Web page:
Saturday, August 17, 2013

On Portfolios

In my little book I have some words about portfolios, and applying the ideas of Balance, Unity, and Variety to them to build a portfolio that is both interesting and coherent. It occurred to me today that there's another axis along which we can in theory build portfolios, by analogy with how we make pictures.

An approach to making a picture is to arrange the visual elements in a hierarchy of interest, of visual prominence. Some element is brought forward as the main thing, the brightest object, the highest contrast area, the most arresting element. Other visual elements are subordinated. There may be other bright areas, other areas of saturated color, other interesting objects, but they are a little suppressed. Arguably, it is the artist's job to create this visual hierarchy, to make the picture read well and be easy to look at, coherent.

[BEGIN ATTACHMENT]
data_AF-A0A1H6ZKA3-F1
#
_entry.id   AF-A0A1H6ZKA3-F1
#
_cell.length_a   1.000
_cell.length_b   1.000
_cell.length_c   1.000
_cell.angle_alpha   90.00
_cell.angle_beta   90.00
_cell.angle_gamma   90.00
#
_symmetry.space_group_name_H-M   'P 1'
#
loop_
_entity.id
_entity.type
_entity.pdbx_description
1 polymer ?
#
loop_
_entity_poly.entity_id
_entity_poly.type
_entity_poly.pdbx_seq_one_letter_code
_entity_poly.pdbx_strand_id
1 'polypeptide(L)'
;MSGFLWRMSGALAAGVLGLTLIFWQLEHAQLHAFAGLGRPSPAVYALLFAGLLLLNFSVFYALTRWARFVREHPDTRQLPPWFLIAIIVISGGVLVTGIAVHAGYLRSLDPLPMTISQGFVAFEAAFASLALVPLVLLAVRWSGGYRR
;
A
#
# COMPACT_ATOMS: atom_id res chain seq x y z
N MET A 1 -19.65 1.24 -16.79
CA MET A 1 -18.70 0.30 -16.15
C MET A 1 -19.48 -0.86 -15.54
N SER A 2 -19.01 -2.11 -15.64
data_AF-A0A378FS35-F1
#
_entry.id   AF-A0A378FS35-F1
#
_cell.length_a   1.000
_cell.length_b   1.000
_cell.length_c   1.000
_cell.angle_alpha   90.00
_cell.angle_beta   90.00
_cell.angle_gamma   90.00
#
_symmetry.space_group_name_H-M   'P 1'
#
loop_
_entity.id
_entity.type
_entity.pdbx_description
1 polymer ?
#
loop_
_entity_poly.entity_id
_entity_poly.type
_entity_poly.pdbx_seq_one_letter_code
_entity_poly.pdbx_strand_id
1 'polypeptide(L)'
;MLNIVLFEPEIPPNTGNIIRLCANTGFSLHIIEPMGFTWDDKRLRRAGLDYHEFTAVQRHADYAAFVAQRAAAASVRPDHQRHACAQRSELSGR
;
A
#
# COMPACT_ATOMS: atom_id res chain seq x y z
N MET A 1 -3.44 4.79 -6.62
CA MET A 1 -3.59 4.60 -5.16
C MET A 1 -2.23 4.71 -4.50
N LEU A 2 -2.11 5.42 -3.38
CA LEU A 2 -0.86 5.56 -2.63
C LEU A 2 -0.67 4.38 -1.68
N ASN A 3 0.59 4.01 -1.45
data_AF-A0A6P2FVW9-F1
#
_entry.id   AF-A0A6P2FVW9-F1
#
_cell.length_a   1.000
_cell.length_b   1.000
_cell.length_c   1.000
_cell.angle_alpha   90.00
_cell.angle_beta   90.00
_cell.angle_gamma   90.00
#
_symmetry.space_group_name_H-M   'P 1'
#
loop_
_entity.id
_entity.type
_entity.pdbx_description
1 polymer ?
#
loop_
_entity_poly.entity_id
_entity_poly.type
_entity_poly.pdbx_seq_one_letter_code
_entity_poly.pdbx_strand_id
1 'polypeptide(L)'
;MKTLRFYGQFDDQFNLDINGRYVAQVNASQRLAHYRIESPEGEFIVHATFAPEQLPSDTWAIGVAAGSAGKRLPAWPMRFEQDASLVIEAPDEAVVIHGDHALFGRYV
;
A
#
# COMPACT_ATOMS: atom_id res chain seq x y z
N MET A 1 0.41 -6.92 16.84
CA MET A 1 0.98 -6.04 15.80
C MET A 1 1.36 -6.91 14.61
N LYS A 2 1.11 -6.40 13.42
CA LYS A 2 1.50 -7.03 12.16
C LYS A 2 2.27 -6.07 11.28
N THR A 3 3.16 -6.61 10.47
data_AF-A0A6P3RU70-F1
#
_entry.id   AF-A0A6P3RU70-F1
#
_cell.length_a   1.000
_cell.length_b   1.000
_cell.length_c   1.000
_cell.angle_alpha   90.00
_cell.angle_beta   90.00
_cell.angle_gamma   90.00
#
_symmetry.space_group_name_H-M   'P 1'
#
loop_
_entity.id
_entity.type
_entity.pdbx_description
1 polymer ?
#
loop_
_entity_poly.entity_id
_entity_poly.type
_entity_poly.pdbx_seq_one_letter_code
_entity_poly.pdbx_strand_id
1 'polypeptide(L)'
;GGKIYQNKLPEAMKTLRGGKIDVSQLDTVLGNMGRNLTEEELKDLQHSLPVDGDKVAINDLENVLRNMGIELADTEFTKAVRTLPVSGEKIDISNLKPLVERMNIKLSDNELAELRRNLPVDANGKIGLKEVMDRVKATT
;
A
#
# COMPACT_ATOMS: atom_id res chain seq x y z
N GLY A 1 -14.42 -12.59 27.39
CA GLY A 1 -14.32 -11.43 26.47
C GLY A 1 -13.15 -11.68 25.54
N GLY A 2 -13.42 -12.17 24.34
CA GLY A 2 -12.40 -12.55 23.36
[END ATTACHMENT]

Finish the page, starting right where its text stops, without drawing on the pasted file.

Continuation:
Backing out even a little further, let's consider musical composition. In a composition of any length and complexity, there tend to be themes, small melodies repeated and layered against one another. The piece will build to crescendos. There will be passages that are important, and passages that are less important, less dominant. Again we see this hierarchy appearing.

Should portfolios be organized in the same way? I think we tend to simply chuck all the best pictures into the portfolio, and try to arrange them for coherence, but we do our very best to deny that some pictures are more important or better than other ones. This is perhaps a mistake. Perhaps we should build a portfolio around a small handful of the important pictures, the pictures that summarize the portfolio most completely or illustrate the ideas most powerfully. Around these pictures we arrange pictures which support those ideas, that repeat and reinforce those ideas and visual themes, but in a subordinate way.

Possibly I am simply reinventing something perfectly well known by anyone with the relevant education?

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